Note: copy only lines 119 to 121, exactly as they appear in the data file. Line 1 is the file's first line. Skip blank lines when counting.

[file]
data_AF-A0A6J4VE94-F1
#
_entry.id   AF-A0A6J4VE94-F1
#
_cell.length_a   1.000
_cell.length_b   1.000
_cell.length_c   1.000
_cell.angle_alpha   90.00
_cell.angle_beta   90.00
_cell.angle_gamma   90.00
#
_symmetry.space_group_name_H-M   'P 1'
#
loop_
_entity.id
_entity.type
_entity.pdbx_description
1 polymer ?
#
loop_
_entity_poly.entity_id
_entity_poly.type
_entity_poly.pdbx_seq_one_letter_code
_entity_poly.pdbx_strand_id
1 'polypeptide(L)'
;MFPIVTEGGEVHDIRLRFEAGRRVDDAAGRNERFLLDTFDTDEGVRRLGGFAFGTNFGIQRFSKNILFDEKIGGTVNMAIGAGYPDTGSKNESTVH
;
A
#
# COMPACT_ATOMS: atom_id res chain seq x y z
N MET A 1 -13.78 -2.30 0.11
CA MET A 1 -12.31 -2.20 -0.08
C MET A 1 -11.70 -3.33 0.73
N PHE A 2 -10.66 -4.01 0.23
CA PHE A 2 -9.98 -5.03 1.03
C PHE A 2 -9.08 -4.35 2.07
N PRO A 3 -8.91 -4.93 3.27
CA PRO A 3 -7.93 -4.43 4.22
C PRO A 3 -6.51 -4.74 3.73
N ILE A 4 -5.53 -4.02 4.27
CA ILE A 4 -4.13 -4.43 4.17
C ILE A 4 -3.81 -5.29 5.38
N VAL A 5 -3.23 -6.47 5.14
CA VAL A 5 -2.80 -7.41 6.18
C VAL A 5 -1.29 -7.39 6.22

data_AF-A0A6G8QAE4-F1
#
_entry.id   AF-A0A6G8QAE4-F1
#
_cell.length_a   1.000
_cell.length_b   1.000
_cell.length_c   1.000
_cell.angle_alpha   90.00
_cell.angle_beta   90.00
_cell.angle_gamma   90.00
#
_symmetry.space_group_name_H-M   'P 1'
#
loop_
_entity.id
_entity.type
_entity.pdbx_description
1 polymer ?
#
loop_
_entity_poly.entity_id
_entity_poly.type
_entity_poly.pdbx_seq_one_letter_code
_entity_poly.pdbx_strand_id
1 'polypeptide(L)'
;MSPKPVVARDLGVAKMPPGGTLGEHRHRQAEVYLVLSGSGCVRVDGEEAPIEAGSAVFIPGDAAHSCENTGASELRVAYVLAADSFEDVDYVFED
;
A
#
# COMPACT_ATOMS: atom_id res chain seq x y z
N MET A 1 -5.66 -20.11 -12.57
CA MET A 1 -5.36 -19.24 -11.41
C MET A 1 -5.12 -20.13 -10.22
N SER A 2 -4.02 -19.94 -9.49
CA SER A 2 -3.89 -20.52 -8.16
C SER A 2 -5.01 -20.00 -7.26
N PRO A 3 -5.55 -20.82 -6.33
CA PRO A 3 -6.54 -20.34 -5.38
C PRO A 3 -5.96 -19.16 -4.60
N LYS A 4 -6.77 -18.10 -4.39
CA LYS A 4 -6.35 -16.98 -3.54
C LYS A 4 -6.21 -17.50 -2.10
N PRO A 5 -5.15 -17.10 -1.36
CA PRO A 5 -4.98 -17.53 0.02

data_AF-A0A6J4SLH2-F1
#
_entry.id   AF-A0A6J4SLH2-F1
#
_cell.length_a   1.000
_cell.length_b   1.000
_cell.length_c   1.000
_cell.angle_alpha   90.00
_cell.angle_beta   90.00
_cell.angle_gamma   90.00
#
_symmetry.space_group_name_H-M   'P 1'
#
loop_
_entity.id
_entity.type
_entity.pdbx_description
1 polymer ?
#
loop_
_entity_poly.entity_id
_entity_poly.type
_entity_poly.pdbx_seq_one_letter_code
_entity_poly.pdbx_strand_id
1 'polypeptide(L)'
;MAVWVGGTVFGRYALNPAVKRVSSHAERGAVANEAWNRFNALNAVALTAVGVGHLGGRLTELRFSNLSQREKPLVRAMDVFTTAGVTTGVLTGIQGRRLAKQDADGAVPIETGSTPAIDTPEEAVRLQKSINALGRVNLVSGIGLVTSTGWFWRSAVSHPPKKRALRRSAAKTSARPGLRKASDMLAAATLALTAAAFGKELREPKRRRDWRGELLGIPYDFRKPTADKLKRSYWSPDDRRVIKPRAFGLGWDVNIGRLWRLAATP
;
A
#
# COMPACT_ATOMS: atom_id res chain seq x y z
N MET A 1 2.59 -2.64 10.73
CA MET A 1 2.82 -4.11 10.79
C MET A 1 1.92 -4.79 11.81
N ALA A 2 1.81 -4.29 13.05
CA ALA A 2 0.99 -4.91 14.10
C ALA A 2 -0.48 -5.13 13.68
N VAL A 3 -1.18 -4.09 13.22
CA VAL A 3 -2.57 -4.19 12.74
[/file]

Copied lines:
# COMPACT_ATOMS: atom_id res chain seq x y z
N MET A 1 2.59 -2.64 10.73
CA MET A 1 2.82 -4.11 10.79